Seaton Sluice, Northumberland
The delightfully named Starlight Castle is a folly set on the northern slopes of Holywell Dene near Seaton Sluice. Or rather, it's the remains of a folly, consisting only of an arch and a couple of bits of wall. One might almost suppose it was built as a sham ruin, but apparrently it once looked like this...
The location is much more overgrown nowadays. Given the available room, it can't ever have been a very big castle - maybe something similar to The Count's House in Durham. I recall reading somewhere that it was a one roomed affair, which seems about right.
And so onto the legend, which has it that the castle was built in 1750 on the orders of Sir Francis Delaval, as a place he could stash his mistress. An 18th century love nest, in other words.
It is said that someone bet him that he couldn't build it within 24 hours. Nor could he, I dont suppose he'd ever held a trowel in his life. But he could employ some men who could, although history does not seem to record their names.
Anyhow, it is said that the castle was built within 24 hours, "started when the stars were shining and completed by daylight" - hence the name Starlight Castle.
I have one or two problems with this. Did the time period allow for digging foundations, for instance ? Even considering the relatively small size of the building, that would have taken a lot of time and effort. Leaving them out would certainly save time, and possibly explain why it has all but crumbled away !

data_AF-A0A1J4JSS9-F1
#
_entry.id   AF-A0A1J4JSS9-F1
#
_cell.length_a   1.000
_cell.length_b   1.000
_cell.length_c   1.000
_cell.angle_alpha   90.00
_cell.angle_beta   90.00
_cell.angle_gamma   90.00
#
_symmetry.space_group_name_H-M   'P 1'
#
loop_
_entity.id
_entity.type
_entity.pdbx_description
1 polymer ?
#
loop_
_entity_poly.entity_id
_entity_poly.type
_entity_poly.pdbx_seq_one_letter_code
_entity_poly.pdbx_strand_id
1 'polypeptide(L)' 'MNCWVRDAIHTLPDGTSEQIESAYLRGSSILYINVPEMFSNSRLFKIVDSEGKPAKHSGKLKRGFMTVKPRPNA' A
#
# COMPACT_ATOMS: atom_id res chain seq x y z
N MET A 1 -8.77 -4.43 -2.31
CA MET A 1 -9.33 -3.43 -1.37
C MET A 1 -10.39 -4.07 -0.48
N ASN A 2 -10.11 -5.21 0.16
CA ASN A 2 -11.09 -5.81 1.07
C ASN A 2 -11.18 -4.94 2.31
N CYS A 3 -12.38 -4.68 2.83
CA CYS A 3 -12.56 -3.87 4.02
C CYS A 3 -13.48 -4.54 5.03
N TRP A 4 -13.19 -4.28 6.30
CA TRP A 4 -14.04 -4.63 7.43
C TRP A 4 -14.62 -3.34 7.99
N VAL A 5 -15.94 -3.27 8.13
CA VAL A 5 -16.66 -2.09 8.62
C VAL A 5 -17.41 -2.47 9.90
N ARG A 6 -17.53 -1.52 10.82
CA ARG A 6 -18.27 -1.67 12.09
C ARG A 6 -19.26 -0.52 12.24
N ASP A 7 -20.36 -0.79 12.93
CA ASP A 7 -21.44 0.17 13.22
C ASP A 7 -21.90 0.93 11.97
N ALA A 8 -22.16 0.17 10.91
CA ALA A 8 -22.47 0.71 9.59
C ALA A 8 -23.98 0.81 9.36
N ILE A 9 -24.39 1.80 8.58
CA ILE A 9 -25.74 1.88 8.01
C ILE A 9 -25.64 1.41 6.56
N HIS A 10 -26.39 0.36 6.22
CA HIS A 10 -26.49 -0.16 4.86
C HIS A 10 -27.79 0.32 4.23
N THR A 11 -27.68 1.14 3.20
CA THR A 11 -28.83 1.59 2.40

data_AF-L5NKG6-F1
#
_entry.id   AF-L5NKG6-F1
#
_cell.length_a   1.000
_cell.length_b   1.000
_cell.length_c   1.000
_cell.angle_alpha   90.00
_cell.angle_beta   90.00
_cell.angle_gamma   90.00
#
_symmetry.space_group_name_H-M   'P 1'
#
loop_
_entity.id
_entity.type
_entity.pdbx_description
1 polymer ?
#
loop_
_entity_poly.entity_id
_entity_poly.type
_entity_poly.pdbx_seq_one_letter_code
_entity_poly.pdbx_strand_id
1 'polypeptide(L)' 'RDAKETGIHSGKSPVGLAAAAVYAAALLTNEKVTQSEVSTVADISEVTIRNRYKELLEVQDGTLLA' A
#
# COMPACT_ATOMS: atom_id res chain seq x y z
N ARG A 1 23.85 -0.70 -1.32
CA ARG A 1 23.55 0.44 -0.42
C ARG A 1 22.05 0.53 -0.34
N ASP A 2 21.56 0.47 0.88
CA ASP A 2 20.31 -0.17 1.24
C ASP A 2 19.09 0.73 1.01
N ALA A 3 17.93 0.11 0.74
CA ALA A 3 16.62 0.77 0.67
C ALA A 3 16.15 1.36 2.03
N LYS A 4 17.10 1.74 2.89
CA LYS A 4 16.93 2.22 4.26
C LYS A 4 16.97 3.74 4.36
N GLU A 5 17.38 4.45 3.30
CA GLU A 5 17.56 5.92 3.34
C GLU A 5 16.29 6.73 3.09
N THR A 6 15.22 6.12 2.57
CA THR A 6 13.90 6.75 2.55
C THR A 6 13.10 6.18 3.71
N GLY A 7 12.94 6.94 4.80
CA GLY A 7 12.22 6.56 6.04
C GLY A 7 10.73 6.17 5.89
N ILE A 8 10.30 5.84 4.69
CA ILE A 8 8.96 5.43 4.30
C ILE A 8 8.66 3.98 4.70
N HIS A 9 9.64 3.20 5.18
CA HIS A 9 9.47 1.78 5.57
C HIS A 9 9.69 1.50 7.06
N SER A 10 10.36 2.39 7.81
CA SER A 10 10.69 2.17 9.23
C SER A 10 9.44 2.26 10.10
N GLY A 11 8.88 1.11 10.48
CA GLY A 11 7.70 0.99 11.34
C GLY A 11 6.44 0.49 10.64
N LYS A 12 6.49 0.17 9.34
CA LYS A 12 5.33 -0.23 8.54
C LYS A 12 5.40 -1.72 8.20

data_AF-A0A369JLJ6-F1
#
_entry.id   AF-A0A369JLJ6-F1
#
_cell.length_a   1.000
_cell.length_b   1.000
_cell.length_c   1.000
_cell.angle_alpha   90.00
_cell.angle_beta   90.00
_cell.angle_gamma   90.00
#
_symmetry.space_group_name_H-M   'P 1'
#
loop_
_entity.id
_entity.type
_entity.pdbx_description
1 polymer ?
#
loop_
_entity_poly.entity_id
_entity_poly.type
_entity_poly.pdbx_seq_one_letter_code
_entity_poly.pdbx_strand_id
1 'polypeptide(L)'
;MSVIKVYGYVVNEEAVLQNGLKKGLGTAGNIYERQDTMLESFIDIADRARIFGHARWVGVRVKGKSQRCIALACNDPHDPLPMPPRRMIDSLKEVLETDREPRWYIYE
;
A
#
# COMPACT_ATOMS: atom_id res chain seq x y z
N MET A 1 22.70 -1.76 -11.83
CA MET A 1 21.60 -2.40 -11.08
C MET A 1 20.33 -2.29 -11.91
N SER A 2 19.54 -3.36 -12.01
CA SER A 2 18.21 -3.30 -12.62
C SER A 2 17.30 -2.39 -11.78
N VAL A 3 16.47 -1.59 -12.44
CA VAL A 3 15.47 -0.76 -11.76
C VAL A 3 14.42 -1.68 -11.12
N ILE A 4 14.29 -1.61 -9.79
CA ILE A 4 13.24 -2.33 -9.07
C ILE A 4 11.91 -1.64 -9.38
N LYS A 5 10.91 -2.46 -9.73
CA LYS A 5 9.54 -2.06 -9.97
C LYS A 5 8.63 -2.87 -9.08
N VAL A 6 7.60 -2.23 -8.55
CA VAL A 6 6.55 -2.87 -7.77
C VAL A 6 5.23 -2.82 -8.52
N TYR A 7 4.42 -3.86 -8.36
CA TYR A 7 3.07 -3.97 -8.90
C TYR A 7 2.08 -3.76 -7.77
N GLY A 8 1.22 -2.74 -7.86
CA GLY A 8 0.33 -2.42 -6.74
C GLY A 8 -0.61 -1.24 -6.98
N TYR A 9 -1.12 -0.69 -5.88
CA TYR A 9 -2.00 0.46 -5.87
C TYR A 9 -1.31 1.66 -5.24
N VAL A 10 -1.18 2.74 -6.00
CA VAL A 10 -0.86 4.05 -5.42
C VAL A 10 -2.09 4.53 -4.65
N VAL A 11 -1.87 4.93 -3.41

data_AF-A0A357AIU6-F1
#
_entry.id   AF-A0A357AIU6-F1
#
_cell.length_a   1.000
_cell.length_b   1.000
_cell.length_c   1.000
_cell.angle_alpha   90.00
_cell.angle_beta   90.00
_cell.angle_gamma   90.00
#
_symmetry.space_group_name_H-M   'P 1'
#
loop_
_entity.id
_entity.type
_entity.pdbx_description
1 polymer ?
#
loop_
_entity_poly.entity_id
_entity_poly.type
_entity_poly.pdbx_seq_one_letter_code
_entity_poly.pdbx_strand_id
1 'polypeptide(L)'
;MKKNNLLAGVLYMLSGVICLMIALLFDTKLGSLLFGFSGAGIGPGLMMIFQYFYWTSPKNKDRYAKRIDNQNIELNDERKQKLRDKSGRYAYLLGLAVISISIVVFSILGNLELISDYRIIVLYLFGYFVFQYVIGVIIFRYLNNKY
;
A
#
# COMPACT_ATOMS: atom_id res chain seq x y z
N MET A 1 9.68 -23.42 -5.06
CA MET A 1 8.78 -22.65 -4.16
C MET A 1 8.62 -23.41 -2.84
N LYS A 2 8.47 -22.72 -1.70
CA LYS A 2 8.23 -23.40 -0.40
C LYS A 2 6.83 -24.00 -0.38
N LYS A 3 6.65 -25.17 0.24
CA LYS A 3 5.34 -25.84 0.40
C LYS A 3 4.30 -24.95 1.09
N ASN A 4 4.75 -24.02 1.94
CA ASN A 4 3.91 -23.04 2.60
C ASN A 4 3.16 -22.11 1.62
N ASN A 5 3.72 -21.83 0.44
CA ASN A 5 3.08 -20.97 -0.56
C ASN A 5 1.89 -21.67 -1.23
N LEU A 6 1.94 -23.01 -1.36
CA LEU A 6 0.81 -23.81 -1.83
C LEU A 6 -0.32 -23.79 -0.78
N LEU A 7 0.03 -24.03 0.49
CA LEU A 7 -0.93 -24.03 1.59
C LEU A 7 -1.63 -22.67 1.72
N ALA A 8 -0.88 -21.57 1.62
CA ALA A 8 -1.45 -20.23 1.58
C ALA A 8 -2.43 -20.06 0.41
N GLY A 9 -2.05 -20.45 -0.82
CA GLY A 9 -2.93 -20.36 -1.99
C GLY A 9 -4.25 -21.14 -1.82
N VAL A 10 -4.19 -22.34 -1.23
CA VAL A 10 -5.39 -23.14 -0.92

It's suggested that parts of the building were prefabricated, which would make sense and save yet more time, but why start at night ? We're not told what time of year it was built, but the obvious course of action would be to aim for a day around Midsummer, start at first light and do the majority of the work by daylight, finishing off through the few hours of darkness.
And quite possibly that's what happened, but it doesn't make such a good story.
Where has all the stone from the building gone ? If you visit, take the time to look in the gill that runs down past the castle. Lots of dressed stone blocks in there. I did wonder if it was the remains of some 18th century picturesque landscaping, but it seems equally likely that they are from the folly.